This game has also been known as : Merlles, Merrills, Merreles, Merrels, Merrelus, Marels, Marelles, Marrills, Muhle, Muller, Morell, Morelles, Molenspel, Mills, Mylla, Mlynek, Mylta and Morris. It is simple board game for two players and is probably one of the oldest games still played today.
Boards have been found in and on many historic buildings throughout the world. Traces occur on objects from the first city of Troy and another from a bronze age burial site in Ireland. The earliest one that can be dated was found on the Gokstad Viking hip burial of B70 AD.
A board of this type has been found cut into the temple Kurna, Egypt in – 1440 BC although this may well have been done some time later. According to Thomas Hyde in 1908, the Chinese also played the game circa 500 BC.
A couple of centuries on, Ovid mentions the game in “Ars Amatoria”. Roman boards were usually made of wood or stone although the rich occasionally had boards made of more exotic materials. Trimalchio had one of turpentine tree and Martial speaks of an ivory board. The game was widely played in England in 1300 AD and visitors to the cathedrals of Norwich, Canterbury, Gloucester, Salisbury and Westminster Abbey can see boards cut into the cloister seats by monks.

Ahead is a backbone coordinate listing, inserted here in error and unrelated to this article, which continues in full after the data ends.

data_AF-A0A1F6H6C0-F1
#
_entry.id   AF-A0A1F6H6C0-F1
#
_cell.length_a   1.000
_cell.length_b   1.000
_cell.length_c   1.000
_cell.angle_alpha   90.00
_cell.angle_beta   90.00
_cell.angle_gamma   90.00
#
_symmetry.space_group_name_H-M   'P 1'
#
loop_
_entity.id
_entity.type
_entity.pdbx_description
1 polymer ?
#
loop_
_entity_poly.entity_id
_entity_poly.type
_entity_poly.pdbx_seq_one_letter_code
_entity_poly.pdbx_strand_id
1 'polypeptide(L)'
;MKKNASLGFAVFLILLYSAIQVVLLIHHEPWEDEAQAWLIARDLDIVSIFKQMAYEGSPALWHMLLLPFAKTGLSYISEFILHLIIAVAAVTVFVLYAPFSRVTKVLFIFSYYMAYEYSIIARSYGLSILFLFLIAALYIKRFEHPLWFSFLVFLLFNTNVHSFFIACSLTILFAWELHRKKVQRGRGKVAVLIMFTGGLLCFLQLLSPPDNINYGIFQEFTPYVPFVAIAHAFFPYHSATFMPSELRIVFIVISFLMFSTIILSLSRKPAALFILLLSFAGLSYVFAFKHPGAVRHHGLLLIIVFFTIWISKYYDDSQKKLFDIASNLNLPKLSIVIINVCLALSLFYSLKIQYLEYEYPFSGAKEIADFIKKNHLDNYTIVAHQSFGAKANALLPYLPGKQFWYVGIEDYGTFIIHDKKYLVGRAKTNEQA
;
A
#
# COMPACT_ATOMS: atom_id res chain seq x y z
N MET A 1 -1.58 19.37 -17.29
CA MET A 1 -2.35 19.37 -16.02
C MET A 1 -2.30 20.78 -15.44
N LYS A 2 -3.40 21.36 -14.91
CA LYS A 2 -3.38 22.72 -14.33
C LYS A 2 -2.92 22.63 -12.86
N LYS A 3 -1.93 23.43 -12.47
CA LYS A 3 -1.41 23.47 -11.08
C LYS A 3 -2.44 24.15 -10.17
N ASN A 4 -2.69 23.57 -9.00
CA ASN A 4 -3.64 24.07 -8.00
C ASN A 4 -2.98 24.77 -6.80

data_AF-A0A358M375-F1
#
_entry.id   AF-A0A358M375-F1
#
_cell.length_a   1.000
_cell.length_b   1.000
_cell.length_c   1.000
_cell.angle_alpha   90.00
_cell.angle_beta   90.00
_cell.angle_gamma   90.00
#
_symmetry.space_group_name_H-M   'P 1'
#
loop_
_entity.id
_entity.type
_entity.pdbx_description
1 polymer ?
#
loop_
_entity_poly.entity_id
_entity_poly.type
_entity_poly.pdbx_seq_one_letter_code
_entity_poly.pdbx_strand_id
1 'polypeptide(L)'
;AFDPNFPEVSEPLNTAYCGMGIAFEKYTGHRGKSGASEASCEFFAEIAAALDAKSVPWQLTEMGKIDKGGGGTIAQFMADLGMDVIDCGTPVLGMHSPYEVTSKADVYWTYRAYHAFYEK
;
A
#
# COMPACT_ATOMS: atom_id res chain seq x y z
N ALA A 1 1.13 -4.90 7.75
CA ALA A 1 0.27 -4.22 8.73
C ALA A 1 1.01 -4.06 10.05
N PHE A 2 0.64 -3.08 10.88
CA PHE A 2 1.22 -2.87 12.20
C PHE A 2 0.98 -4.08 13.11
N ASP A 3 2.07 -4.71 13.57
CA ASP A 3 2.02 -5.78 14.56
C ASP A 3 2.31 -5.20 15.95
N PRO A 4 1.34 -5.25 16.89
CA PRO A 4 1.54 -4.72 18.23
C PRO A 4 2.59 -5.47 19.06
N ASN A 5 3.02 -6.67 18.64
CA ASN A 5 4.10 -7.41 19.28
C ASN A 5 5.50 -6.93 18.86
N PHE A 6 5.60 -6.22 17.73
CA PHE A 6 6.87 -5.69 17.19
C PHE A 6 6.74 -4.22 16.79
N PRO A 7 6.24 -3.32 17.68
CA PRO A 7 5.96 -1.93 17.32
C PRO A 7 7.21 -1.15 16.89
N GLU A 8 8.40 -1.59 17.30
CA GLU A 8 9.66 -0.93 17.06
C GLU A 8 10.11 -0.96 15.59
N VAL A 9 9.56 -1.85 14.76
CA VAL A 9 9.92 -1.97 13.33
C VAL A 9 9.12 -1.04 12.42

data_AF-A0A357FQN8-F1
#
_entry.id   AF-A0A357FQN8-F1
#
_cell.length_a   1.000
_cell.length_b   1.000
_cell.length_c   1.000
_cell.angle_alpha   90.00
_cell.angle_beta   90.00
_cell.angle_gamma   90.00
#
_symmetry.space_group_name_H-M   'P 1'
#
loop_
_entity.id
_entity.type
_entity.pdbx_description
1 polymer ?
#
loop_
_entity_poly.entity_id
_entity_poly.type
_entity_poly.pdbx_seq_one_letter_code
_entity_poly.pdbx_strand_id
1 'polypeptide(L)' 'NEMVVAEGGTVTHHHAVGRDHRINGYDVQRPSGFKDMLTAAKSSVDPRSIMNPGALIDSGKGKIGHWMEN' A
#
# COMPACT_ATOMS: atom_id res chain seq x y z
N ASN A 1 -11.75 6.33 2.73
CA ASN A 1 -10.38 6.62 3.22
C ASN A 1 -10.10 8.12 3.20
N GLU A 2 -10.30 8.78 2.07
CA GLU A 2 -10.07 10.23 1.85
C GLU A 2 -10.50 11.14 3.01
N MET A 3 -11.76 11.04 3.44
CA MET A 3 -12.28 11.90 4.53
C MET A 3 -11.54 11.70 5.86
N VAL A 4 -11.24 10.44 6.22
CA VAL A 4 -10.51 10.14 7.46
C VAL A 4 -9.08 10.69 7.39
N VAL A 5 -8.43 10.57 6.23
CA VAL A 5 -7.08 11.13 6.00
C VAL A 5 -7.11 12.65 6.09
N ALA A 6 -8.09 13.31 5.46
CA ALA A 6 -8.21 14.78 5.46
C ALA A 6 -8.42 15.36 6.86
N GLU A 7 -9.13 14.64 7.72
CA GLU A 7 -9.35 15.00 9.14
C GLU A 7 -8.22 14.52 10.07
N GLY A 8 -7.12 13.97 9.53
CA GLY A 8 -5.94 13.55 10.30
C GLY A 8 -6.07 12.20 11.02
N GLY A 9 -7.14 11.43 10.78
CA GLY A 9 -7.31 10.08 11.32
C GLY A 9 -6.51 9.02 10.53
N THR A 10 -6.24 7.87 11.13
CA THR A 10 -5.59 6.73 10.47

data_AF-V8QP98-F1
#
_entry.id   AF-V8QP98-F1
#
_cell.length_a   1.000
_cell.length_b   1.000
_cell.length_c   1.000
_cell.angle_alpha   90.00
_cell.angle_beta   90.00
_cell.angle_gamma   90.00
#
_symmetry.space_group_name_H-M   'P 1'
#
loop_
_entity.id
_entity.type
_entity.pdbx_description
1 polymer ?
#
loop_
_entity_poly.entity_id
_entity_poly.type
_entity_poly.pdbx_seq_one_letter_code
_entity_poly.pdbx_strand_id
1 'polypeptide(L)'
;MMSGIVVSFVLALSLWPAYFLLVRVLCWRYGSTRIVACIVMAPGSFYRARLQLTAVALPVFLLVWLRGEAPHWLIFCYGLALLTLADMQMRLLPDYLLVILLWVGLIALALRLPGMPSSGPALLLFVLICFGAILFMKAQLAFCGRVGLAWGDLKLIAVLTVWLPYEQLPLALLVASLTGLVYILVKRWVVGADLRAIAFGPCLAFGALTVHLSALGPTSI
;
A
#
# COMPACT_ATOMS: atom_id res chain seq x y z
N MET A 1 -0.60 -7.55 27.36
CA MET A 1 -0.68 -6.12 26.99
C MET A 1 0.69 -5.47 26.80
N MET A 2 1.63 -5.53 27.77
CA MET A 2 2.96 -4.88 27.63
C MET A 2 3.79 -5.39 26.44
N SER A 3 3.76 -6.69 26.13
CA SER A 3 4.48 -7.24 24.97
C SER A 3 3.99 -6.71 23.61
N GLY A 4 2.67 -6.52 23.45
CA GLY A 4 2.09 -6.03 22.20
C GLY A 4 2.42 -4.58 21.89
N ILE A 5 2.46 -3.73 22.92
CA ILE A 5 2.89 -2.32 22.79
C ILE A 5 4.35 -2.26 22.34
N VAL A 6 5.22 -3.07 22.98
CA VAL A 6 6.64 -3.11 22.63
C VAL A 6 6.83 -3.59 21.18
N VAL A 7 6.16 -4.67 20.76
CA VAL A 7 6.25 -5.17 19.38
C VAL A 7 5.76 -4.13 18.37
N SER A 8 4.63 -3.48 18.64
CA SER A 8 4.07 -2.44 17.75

The board consists of three nested squares connected by a line through ach of the four sides. Pieces are placed at he corners of the squares and the intersections on the sides. Nine pieces are needed for each player, for a total of eighteen pieces.
The key concept of the game is the mill; a straight line of three pieces of the same color along line on the board.
When a player forms a mill. that player can remove any one of their opponent’s pieces that is not also part of a mill. If all of the opponent’s pieces are in mills, then any piece may be removed.
There are two ways to win Nine Mens Morris; Reduce the number of your opponent’ pieces to two, or block all of your opponent’s pieces so they cannot move.
The game begins with an empty board. Randomly select a player to go first – possibly toss a coin. Game play proceeds in three phases. If a player forms a mill during any of the phases, that player immediately removes one piece belonging to their opponent. In the opening phase, the players alternate moving one of their pieces into an adjacent, unoccupied space. Pieces must move along a line on the board, and may never jump another piece. The ending phase begins when one player has been reduced to only three pieces. At that point, the player with three pieces may jump a piece to any position on the board.
The game ends when the winner reduces his opponent to two pieces – thus can no longer form mills, or blocks all of his opponents pieces from movement.
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